Thoughts on the Reformation (Part One)

All Scripture is God-breathed and is useful for teaching, rebuking, correcting and training in righteousness (2 Timothy 3:16 NIV).

The Reformation (1517-1648) was one of the great awakenings (like Pentecost and the First Great Awakening) in the spread of Christ’s kingdom on the earth. Centered in Northern Europe and Great Britain, the power of the Spirit of God and God’s word brought about a very strong witness to the good news of Christ and salvation. Many were born again from above, and a new way of life began in the regions it touched. It showed the value of human life in the here and now, and multitudes lived for the glory of God, including in the 1600s, North America. Like any matter in which people are involved, the Reformation was far from perfect, but that should not prevent us from rejoicing in the salvation of people and much good that resulted through people who had been brought from darkness into God’s marvelous light. Let us avoid the destructive trap of smashing good things because of a few flaws we perceive. It is right to point out errors, so that we can walk more precisely in the truth. But it is very wrong to reject God’s work because of the remaining sin among his people.

The Bible tells us that God sent his Son, Jesus Christ, at his appointed time: But when the set time had fully come, God sent his Son (Galatians 4:4 NIV). The Reformation also came in this way. The sovereign God prepared the times and the seasons for the quick spread of the good news through people chosen by him. Among the many preparations were the rediscovery of ancient languages (to rightly understand the Bible in its original languages) and the printing press (which enabled the inexpensive publication of the Bible and messages based on the Bible). God used many men to translate his word into the languages of people, so that men and women could hear, read, and meditate on his message to them.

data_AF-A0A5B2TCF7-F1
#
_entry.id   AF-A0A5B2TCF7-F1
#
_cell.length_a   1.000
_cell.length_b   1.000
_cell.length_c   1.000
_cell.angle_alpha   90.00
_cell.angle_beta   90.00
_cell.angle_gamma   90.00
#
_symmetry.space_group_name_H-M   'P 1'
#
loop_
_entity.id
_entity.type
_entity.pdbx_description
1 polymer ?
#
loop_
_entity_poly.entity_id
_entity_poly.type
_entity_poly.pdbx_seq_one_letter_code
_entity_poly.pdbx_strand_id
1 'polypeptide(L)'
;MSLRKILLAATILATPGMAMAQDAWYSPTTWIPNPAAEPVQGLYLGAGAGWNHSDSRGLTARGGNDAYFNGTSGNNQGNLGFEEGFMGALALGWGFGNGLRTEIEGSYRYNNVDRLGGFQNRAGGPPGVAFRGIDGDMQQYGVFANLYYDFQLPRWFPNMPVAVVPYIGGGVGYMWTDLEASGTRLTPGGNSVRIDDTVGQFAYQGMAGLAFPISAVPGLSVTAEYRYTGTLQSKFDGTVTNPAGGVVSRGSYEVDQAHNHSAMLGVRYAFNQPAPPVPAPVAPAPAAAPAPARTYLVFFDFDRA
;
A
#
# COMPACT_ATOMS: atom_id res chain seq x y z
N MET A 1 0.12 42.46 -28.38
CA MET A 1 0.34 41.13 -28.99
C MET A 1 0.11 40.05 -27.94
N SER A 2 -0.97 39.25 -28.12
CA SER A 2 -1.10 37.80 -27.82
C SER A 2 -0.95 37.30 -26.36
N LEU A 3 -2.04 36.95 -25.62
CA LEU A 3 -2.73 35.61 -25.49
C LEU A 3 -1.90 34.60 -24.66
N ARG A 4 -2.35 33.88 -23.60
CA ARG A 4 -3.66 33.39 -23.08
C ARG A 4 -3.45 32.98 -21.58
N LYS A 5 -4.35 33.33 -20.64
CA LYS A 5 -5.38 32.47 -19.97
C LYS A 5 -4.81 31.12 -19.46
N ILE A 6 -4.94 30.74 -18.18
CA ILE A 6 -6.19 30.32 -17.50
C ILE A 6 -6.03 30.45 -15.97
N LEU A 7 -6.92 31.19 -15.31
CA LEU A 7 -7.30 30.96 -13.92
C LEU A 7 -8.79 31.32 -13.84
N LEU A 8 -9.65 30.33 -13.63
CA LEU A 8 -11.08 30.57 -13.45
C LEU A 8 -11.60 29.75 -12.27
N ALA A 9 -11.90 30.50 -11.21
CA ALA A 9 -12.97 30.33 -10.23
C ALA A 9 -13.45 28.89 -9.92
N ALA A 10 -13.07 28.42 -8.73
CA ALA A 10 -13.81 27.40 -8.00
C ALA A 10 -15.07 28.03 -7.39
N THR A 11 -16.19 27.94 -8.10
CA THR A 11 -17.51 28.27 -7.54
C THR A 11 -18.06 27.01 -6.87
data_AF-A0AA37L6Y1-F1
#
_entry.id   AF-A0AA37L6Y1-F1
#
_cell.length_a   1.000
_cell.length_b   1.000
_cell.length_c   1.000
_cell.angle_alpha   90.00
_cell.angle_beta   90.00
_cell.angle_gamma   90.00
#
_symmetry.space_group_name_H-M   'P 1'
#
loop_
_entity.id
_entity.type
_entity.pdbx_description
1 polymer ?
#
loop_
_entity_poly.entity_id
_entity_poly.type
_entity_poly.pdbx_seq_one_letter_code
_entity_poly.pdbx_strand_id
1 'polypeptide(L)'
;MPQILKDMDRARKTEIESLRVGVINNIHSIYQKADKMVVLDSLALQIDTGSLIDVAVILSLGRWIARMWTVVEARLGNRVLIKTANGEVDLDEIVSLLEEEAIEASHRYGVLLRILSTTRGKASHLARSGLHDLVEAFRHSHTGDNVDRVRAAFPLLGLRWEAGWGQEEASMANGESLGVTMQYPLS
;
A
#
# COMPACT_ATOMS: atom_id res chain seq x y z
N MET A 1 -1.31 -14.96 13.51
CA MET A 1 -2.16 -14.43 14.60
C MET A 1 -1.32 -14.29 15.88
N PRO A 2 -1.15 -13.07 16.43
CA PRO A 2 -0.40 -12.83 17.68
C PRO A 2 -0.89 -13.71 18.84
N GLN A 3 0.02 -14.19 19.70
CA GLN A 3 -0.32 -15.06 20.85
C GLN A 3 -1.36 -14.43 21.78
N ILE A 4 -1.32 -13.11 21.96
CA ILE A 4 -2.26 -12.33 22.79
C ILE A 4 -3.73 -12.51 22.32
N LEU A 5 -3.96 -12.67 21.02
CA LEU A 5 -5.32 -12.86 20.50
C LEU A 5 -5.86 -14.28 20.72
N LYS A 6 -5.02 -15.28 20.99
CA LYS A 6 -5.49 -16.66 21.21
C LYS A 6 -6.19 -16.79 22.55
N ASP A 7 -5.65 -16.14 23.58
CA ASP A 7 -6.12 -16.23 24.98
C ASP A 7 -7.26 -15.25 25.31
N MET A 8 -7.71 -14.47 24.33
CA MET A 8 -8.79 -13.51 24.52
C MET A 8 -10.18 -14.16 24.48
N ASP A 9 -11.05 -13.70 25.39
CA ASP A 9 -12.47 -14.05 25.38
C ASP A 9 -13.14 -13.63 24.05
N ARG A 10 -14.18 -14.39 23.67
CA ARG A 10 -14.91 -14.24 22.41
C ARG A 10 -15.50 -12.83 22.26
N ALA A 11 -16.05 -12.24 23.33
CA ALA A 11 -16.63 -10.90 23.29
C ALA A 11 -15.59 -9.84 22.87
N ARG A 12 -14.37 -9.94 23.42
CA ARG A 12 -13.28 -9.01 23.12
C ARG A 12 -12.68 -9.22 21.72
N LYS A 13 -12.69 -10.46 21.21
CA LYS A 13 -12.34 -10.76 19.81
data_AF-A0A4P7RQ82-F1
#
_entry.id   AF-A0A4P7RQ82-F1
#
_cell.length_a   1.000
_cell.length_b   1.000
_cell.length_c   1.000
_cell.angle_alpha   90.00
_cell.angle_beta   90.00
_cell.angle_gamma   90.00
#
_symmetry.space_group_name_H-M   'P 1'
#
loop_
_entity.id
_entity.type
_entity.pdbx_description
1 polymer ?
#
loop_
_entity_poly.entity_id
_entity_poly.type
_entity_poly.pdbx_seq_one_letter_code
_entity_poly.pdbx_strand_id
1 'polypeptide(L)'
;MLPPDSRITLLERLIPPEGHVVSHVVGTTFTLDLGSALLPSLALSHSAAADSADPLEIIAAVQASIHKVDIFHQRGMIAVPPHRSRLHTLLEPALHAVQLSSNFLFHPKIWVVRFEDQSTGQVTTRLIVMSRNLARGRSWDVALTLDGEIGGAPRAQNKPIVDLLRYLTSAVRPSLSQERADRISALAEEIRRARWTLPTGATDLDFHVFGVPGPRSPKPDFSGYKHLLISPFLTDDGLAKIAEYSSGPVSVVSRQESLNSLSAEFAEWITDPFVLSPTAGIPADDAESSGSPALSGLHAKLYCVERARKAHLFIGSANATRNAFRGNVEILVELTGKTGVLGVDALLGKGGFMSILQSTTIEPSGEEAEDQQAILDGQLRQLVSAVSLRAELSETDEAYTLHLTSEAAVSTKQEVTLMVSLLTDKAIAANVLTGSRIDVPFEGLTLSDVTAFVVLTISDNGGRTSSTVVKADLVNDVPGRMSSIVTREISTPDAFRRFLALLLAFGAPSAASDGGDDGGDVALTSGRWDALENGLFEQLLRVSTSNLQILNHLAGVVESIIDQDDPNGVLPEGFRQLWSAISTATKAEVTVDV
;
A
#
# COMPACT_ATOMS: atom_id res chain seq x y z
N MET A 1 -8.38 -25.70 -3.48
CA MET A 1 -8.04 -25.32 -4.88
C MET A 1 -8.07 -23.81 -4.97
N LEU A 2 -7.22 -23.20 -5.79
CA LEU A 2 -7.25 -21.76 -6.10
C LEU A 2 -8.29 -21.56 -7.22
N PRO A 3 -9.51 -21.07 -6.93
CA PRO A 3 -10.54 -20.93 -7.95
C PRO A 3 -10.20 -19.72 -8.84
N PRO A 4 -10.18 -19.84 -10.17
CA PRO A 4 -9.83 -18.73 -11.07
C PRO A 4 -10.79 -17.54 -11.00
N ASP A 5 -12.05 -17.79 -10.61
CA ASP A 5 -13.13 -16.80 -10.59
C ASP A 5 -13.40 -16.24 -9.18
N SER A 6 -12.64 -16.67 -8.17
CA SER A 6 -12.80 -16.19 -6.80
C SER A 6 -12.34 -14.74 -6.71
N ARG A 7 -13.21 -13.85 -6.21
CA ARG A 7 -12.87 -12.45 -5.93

This was an important development, because prior to this the corrupt medieval church had strictly controlled access to the Bible, and its leaders had told people that they could only know truth through the church. This meant that the church told people that the way of salvation was through its sacramental system. However, when people could read the Bible, they discovered that people are saved by grace through faith in the Lord Jesus Christ. When any sinner trusts in the Lord Jesus, he or she is declared right with God. With this in mind, we can appreciate why the first point of Reformation theology is “according to the Scriptures alone”.

In religion, we often see a divided authority. The usual scheme is a holy book, an accumulation of traditions and/or folk practices, and a group of “holy people” that interprets the holy book and the traditions for the adherents of the religion. In practice, this means that the “holy people” are the final authority. This is what happened in the medieval church. It had morphed into a religion that the bishops and priests controlled to keep people paying money in the sacramental system. As long as they controlled the authority structure, they controlled the people. As the Reformers studied the Scriptures, they came to realize that the Bible itself was the written word of God and therefore, our final authority for what we believe and our way of life. The Bible, not the church, declared the way of salvation. Anyone reading the written word of God in a normal manner can clearly understand how to know God and to be right with him, and how to please him.

This first point of Reformation has ongoing value. We do not have to rely on church traditions or her leaders. God wants us to listen to him directly. The practical questions are do we accept the final authority of God’s written word and do we read it carefully, so that we know what God has revealed to us?

Grace and peace, David